Drone Strikes and Congressional Power
Micah Zenko has a new report out yesterday at the Council on Foreign Relations about drone strikes. It’s an in-depth treatment of many of the issues raised by Washington’s current policies regarding drone use. Here’s a snapshot of Zenko’s conclusions:
The United States should more fully explain and reform aspects of its policies on drone strikes in nonbattlefield settings by ending the controversial practice of “signature strikes”; limiting targeted killings to leaders of transnational terrorist organizations and individuals with direct involvement in past or ongoing plots against the United States and its allies; and clarifying rules of the road for drone strikes in nonbattlefield settings.
The report is well worth reading in full. Particularly valuable are Zenko’s calls for reform regarding “signature strikes” and targeting policy, as well as his focus on how drone strikes can at times work against other stated foreign-policy goals of the United States. Also noteworthy is the fact that at the end of his report, Zenko offers recommendations to Congress as well as to the executive branch. He observes, “Despite nearly ten years of nonbattlefield targeted killings, no congressional committee has conducted a hearing on any aspect of them.” Among his recommendations to Congress are that it should:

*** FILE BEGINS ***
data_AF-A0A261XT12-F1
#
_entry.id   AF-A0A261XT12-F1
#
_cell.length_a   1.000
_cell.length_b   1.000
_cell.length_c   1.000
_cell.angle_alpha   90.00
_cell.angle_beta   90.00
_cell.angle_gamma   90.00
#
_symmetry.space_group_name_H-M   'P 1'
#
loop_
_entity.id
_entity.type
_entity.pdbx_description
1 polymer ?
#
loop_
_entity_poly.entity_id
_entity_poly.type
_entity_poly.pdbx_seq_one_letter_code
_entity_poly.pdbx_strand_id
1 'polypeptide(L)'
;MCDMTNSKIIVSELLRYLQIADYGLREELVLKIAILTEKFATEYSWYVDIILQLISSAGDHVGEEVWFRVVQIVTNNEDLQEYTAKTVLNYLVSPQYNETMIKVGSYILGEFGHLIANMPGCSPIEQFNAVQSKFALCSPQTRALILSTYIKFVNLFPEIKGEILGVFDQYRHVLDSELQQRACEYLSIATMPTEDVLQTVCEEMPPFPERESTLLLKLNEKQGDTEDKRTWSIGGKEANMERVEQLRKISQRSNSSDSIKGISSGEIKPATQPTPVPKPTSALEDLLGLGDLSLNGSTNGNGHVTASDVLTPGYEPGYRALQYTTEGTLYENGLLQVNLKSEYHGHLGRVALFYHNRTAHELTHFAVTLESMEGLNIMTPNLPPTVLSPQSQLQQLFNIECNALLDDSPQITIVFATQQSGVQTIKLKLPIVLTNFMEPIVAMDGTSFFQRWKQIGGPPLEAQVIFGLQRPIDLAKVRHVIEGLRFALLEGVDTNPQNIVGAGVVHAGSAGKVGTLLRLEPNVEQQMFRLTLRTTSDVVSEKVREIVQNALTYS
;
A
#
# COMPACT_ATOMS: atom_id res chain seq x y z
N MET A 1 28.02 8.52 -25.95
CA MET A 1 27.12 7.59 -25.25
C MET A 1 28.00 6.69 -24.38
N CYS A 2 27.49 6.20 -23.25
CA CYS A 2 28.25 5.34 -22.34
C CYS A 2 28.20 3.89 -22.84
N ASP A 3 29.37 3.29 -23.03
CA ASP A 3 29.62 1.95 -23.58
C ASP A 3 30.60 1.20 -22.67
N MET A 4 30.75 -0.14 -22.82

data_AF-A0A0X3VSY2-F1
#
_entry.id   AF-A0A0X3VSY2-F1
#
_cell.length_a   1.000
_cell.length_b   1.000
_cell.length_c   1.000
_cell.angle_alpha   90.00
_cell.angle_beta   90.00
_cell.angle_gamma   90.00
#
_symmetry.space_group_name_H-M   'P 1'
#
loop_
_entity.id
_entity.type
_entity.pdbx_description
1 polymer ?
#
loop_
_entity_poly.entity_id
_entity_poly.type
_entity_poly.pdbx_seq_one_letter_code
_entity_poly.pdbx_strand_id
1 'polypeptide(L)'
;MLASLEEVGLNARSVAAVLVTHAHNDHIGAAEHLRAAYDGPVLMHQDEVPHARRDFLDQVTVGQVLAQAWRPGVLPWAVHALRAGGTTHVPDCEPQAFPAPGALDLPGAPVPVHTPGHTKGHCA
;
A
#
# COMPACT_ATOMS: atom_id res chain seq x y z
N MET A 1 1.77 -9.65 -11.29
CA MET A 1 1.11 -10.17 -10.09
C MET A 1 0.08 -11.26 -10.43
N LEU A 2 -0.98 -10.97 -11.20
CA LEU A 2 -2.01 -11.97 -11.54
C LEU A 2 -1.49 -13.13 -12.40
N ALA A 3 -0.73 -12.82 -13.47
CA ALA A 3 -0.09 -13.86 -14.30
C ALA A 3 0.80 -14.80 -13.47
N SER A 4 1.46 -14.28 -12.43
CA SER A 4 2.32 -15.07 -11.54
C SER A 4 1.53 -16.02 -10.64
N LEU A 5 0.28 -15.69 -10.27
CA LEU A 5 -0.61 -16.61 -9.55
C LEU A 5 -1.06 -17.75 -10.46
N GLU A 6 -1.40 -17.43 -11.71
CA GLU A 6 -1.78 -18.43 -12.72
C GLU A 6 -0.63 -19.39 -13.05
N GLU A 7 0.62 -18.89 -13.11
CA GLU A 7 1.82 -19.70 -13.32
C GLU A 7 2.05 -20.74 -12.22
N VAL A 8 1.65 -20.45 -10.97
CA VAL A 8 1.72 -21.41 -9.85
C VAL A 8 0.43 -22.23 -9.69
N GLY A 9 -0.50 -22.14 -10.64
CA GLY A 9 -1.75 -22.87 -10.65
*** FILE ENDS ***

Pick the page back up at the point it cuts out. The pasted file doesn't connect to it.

Demand regular White House briefings on drone strikes and how such operations are coordinated with broader foreign policy objectives . . .
Hold hearings with government officials and nongovernmental experts on the short- and long-term effects of U.S. targeted killings . . . and
Withhold funding and/or subpoena the executive branch if cooperation is not forthcoming.
The continuing ceding of power from Congress to the executive branch on foreign and defense policy is one of the more consequential trends in recent American history. If Congress is interested in reasserting its role in these areas, increased attention to and oversight of the drone program would be an good place to start.